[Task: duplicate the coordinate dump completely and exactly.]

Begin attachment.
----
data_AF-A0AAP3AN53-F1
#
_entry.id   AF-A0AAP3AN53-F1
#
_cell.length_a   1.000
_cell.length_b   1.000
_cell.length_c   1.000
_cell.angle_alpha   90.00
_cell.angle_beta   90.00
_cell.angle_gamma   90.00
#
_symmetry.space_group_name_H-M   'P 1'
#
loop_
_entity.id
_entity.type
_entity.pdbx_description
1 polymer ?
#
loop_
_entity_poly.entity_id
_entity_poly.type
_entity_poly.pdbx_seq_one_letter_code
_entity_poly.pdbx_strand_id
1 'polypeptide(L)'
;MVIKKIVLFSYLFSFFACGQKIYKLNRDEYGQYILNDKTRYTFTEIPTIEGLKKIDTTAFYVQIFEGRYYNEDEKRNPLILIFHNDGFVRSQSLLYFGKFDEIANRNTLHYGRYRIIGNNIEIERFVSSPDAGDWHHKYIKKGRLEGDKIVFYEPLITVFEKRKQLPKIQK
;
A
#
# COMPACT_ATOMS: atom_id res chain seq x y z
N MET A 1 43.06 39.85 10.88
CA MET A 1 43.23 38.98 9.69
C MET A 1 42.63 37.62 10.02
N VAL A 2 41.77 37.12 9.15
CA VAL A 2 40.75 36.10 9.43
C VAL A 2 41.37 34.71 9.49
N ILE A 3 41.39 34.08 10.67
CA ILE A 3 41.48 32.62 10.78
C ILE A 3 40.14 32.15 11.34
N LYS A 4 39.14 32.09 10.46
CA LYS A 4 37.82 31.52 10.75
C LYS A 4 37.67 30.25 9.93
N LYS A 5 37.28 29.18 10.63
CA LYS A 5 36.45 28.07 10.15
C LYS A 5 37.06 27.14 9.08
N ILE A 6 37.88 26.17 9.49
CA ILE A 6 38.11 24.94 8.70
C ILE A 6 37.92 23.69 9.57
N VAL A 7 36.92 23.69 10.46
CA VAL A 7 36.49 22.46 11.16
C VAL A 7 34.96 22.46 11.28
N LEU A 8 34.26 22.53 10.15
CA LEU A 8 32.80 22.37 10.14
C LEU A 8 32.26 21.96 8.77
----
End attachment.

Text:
data_AF-A0AAP3AN53-F1
#
_entry.id   AF-A0AAP3AN53-F1
#
_cell.length_a   1.000
_cell.length_b   1.000
_cell.length_c   1.000
_cell.angle_alpha   90.00
_cell.angle_beta   90.00
_cell.angle_gamma   90.00
#
_symmetry.space_group_name_H-M   'P 1'
#
loop_
_entity.id
_entity.type
_entity.pdbx_description
1 polymer ?
#
loop_
_entity_poly.entity_id
_entity_poly.type
_entity_poly.pdbx_seq_one_letter_code
_entity_poly.pdbx_strand_id
1 'polypeptide(L)'
;MVIKKIVLFSYLFSFFACGQKIYKLNRDEYGQYILNDKTRYTFTEIPTIEGLKKIDTTAFYVQIFEGRYYNEDEKRNPLILIFHNDGFVRSQSLLYFGKFDEIANRNTLHYGRYRIIGNNIEIERFVSSPDAGDWHHKYIKKGRLEGDKIVFYEPLITVFEKRKQLPKIQK
;
A
#
# COMPACT_ATOMS: atom_id res chain seq x y z
N MET A 1 43.06 39.85 10.88
CA MET A 1 43.23 38.98 9.69
C MET A 1 42.63 37.62 10.02
N VAL A 2 41.77 37.12 9.15
CA VAL A 2 40.75 36.10 9.43
C VAL A 2 41.37 34.71 9.49
N ILE A 3 41.39 34.08 10.67
CA ILE A 3 41.48 32.62 10.78
C ILE A 3 40.14 32.15 11.34
N LYS A 4 39.14 32.09 10.46
CA LYS A 4 37.82 31.52 10.75
C LYS A 4 37.67 30.25 9.93
N LYS A 5 37.28 29.18 10.63
CA LYS A 5 36.45 28.07 10.15
C LYS A 5 37.06 27.14 9.08
N ILE A 6 37.88 26.17 9.49
CA ILE A 6 38.11 24.94 8.70
C ILE A 6 37.92 23.69 9.57
N VAL A 7 36.92 23.69 10.46
CA VAL A 7 36.49 22.46 11.16
C VAL A 7 34.96 22.46 11.28
N LEU A 8 34.26 22.53 10.15
CA LEU A 8 32.80 22.37 10.14
C LEU A 8 32.26 21.96 8.77